South Sound police agencies ought to review their legal contracts with the Nisqually Indian Tribe for housing inmates at the tribal jail near Yelm. Local governments need to rule out any chance their arrangements are not legal under state law, or could be challenged.
The question has arisen because an inmate sent to the tribal jail by the city of Yelm later died in custody. Ed Budge, lawyer for the family of Andrew J. Westling, who died in 2016, has cited a memo from former state attorney general Rob McKenna, who thinks the contracts are not valid under state law.
McKenna contends that state law does not specifically authorize tribes or reservations to provide jail services to cities and counties. That is because the tribes are sovereign nations subject to federal law.
John Simmons, chief executive for the tribe, said this week he could not comment at this time about the legal development.
“Within a couple of months we’ll be coming out with a statement,’’ Simmons said.
Budge has not yet filed a legal claim against Yelm over the death. The tribe’s sovereign immunity under federal law would preclude any direct claim against the Nisqually, which appears to be why Budge is targeting the city.
The Thurston County Sheriff’s Office has chosen not to send people in custody to the tribal jail, according to Undersheriff Tim Braniff.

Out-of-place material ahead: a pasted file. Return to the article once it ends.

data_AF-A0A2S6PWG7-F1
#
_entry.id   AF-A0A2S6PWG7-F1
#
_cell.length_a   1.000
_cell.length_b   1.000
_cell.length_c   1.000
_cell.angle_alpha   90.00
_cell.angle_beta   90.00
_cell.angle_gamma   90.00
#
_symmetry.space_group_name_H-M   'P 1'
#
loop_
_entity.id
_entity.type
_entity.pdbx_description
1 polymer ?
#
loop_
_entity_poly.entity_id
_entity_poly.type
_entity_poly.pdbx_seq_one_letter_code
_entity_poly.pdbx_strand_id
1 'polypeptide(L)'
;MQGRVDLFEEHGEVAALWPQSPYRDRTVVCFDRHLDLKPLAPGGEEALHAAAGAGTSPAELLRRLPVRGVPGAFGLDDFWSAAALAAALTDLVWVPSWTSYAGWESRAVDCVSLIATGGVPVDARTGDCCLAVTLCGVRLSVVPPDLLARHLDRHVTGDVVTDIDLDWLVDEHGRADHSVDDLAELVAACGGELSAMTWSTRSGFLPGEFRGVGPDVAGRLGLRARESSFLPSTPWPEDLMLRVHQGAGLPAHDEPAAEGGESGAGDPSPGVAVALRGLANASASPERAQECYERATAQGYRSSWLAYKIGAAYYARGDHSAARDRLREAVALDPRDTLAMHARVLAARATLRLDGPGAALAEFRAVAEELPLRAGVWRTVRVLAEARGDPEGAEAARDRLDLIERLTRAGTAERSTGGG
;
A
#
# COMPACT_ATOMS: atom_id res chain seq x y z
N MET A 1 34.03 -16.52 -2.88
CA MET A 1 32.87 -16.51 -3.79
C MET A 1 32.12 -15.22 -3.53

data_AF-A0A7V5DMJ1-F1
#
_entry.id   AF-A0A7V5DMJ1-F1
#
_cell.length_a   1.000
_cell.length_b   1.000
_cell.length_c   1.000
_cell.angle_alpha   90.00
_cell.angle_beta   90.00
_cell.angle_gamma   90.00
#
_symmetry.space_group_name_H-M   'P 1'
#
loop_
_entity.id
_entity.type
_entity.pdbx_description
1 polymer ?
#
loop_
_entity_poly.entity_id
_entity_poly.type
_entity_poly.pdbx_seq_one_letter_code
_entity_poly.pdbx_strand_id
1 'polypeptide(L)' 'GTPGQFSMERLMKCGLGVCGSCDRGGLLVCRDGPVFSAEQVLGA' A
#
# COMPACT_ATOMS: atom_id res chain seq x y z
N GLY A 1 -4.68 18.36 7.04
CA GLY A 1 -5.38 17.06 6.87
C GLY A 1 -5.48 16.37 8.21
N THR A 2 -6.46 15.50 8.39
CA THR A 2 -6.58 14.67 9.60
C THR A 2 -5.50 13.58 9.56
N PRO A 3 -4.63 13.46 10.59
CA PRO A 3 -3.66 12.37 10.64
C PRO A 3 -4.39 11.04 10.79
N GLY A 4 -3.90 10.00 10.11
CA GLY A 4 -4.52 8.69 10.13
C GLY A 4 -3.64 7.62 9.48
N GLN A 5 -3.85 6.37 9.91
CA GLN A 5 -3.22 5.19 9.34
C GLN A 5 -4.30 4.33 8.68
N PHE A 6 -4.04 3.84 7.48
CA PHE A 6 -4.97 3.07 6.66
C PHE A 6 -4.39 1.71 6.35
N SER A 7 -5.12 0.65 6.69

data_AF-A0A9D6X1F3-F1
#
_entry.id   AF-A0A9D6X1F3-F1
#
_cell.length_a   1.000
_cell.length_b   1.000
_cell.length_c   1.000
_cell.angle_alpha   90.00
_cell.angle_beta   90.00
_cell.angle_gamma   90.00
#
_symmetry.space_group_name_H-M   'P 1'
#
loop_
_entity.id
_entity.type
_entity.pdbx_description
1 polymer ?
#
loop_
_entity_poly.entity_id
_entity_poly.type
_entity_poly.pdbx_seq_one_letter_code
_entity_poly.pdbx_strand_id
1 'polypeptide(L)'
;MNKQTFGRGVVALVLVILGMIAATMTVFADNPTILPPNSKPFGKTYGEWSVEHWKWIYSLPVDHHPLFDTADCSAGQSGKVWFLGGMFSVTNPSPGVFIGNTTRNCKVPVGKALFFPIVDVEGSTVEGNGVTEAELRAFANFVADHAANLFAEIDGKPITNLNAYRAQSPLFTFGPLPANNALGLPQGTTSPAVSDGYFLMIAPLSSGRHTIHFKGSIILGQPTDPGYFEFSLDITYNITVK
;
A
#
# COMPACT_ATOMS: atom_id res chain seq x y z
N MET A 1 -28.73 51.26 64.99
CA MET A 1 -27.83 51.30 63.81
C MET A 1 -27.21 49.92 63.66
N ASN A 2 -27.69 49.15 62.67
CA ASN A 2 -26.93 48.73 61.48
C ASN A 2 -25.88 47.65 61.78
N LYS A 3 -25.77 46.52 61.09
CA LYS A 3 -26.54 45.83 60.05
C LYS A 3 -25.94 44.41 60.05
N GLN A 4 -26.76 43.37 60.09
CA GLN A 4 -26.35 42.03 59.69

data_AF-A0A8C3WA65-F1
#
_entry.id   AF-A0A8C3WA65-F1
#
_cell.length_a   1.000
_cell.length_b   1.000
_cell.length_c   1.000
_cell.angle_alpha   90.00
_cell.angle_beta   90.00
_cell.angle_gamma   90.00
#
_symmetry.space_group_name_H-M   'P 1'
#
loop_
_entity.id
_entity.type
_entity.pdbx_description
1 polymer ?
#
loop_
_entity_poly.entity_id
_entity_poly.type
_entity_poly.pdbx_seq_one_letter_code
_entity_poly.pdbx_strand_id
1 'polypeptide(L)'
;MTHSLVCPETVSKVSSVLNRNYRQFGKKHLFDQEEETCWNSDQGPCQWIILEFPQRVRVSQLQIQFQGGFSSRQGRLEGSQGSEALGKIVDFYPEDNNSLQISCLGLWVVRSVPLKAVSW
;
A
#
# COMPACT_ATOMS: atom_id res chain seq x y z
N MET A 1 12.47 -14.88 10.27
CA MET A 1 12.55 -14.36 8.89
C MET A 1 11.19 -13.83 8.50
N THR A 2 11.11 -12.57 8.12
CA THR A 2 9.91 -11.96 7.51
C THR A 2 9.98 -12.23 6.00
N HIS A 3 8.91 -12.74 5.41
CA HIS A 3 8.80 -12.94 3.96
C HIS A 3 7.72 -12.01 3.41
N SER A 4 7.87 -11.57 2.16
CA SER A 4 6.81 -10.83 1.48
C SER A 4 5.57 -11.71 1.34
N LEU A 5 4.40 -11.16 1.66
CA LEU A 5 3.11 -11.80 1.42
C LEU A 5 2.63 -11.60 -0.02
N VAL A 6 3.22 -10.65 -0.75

But Lacey police do, as well as Yelm, Tumwater and a few other local jurisdictions.
Budge has contended there may be other questionable incidents at the jail. But he says he has been stymied in getting information about those because the tribe is not subject to state public records law.
Meanwhile, the city of Lacey renewed its contract with the tribe in October. The four-year agreement guarantees the city at least 21 beds each day.
City manager Scott Spence said there is language that requires each party to indemnify the other against any legal claims arising against the other.
Spence indicated there is no need to review that language, and Lacey Police Chief Dusty Pierpoint said the nearly decade-old city-tribe relationship for use of the Nisqually jail has gone well. He said there have been no recent “red flags” to cause concern.
Thurston County Prosecuting Attorney Jon Tunheim said he would advise the county government not to enter into an agreement with a tribe without some kind of indemnifying language or waiver of its immunity.
Tribes are sovereign governments and immune from legal claims for damages under federal law unless they explicitly waive the immunity.
As Lacey has proved, tribal jails can be an excellent option for housing city inmates at competitive rates. The issue is who pays if something goes wrong.